Commas and footnotes set the rhythm
Ahead of the opening of her new exhibition at De Warande in Turnhout, Antwerp-based artist Ode de Kort introduces us to the universe she created with A ST'OCK(ING) OF F'OOT N'OTES. Through a particular balance of language and movement, and by focusing on the footnote, the exhibition presents a poised expansion of Ode’s vocabulary of work.
Can you tell us more about your new exhibition at De Warande?
The exhibition is split up into two rooms. One room, which I refer to as the practice space, features rubber boots and also functions as a space for movement and practice. In the second room, I placed an installation with a large print, tripod mirrors, and rubber boots. The first space centers on performance, whereas the second space is about reflection.
The all-black atmosphere, combined with the expectation of performance, made me curious to approach the theatre room from my own art practice
What is special about the exhibition at De Warande is that one of the rooms is actually a theatre room. Even before De Warande approached me, I’d been wanting to work in this type of space for a while. I recently participated in a residency where I was able to work from a theatre room for a brief period; since that residency was quite short, I was left with an appetite to continue working in this type of space. The all-black atmosphere, combined with the expectation of performance, made me curious to approach the theatre room from my own art practice. To give you an example, I have been working with white paper to build sculptures, and the darkness of this space allows me to play with light in a different way.
How does this project build upon your previous work?
Each piece of work builds on my previous projects. By following the trail of my work, it’s possible to recognize familiar elements. After graduating as a photographer I explored the use of video, installations, and sculptures in my work, as well as performance and text. Over the years, I intuitively started building a vocabulary of known elements that would feature in my work: the letters O and U are two of these elements. Later on, I also added the comma to this vocabulary. A few years ago, I made a performance titled Walk with U, during which I moved a large rubber U around a space using sticks. When reviewing photographs of the performance, I found myself zooming into the boots I was wearing at the time. I quickly started feeling like I wanted to incorporate black rubber boots into the vocabulary of my work.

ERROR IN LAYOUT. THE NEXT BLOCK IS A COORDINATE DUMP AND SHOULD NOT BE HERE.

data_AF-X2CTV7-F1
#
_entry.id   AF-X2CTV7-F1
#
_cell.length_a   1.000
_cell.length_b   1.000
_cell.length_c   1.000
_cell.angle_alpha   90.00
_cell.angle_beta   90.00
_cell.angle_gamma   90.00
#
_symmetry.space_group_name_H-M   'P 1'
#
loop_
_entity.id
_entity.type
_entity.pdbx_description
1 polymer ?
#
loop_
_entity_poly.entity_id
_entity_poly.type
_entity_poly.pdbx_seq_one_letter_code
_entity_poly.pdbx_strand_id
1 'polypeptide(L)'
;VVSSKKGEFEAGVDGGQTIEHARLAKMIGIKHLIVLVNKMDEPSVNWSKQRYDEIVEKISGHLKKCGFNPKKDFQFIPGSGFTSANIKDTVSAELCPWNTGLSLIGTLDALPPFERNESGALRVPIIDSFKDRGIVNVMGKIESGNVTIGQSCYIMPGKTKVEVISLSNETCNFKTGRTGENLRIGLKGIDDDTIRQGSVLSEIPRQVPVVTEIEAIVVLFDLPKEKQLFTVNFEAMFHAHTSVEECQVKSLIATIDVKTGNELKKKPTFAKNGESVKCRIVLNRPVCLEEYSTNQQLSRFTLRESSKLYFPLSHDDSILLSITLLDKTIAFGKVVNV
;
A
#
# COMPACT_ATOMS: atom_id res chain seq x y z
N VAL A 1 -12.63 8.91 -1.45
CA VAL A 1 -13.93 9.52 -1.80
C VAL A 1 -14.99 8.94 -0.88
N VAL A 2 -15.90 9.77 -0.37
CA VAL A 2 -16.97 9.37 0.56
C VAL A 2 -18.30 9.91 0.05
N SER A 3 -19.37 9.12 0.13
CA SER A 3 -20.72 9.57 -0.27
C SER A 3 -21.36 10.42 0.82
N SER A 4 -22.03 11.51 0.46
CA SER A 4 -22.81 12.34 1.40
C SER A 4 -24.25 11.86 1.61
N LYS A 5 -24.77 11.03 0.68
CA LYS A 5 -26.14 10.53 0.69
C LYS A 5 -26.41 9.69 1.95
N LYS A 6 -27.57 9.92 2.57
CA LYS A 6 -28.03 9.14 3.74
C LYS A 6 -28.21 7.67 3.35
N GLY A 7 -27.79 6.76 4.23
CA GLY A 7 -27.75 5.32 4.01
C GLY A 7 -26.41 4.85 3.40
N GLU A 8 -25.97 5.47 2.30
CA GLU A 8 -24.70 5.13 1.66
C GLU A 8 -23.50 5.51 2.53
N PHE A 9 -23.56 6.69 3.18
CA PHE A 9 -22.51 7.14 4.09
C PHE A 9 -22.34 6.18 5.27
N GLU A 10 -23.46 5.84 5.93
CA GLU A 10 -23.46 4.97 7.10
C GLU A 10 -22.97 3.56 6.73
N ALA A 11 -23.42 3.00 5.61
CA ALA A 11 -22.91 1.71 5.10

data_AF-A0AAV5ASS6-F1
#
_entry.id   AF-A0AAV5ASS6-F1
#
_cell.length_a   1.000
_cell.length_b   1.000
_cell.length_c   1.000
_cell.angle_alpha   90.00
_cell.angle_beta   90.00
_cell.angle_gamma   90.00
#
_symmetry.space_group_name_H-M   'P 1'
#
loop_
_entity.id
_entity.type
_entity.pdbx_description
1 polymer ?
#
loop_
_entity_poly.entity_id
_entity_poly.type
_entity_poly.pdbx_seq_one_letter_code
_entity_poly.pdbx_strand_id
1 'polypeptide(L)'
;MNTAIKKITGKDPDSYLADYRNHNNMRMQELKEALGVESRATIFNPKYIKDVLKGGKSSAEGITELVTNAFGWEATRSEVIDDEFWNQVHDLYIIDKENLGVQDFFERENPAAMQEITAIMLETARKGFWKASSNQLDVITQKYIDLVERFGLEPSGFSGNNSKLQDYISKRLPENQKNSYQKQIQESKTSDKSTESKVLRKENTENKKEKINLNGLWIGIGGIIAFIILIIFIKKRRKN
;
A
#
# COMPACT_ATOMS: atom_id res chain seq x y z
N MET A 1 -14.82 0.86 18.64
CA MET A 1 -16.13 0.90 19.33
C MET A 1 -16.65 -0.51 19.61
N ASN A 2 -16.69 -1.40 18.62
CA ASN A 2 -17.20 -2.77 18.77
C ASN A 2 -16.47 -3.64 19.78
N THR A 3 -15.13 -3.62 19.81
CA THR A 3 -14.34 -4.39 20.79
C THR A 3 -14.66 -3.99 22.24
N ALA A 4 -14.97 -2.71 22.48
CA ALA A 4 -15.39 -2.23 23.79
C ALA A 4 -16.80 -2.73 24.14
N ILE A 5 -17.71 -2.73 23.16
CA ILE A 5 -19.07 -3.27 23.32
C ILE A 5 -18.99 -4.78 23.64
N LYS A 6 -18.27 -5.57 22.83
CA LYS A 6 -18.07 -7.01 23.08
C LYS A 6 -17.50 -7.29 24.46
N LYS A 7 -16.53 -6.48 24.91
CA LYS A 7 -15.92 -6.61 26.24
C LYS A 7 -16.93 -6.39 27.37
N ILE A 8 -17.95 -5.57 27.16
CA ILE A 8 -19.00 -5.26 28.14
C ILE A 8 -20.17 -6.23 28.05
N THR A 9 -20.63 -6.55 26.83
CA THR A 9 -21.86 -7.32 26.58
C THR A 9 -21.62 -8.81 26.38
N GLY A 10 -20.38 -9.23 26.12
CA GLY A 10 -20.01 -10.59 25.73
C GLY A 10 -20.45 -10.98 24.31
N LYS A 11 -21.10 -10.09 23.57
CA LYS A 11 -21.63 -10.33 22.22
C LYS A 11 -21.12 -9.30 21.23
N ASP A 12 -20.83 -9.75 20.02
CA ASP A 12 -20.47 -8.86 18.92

This exhibition connects all of the elements in my vocabulary while finding ways to play with language and movement
This new exhibition focuses mainly on the idea of footnotes, but the other elements of my vocabulary are present. If you look at the title of the exhibition, you will notice immediately that the O is very present throughout the space. Even when looking at a rubber boot from above, you will also find that they are shaped like an O. To me, this exhibition connects all of the elements in my vocabulary while finding ways to play with language and movement.
Did you choose to work with rubber as a result of your decision to work with the O and the U or did it happen the other way around?
The letters definitely did not come first. In my early work, I did not consciously engage with the language. Language crept into my work when I realized how easily photography can muddle your perception of size and scale, particularly of graphic elements.
If I had to guess, I would say that the idea of working with curved shapes came first. When I was studying photography, I took photographs of temporary sculptures I made with objects I found on the street or in nature. After a while, I noticed that a lot of these objects had rubber bands in them and I started seeing the curved shape across my photographs.
The new exhibition centers and plays with the shape of footnotes. Why did you decide to focus on footnotes?
In my work, the footnote is closely related to the comma. The comma is the translation of a type of pause and in that sense: both the comma and the footnote have the ability to set the rhythm. I approach both elements poetically rather than literally.
The comma is the translation of a type of pause and in that sense, both the comma and the footnote have the ability to set the rhythm
For this exhibition, I collaborated with Inne Eysermans on a project called F’OOT T’ONES. We are creating an interactive work that plays with language by taking away certain elements. When you take the word ‘footnotes’, for example, and take away the letter F, the word transforms and leaves us with 'oototes'. This, in turn, opens up the possibility to play with the 'O'. Ans Mertens, a visual artist, and filmmaker who is my collaborator for the visual component. This video project, called F’OOT N’OTES, is also part of the exhibition. During the construction of the exhibition, we filmed in the installation of the theatre room and made intuitive images where you see the rubber boots, legs with red socks, and commas in motion.
Your intuitive approach makes it easy to follow the progression of your ideas. Another element that surfaces throughout your work is; play.
Play drives everything I do. I find it important to keep things light and funny.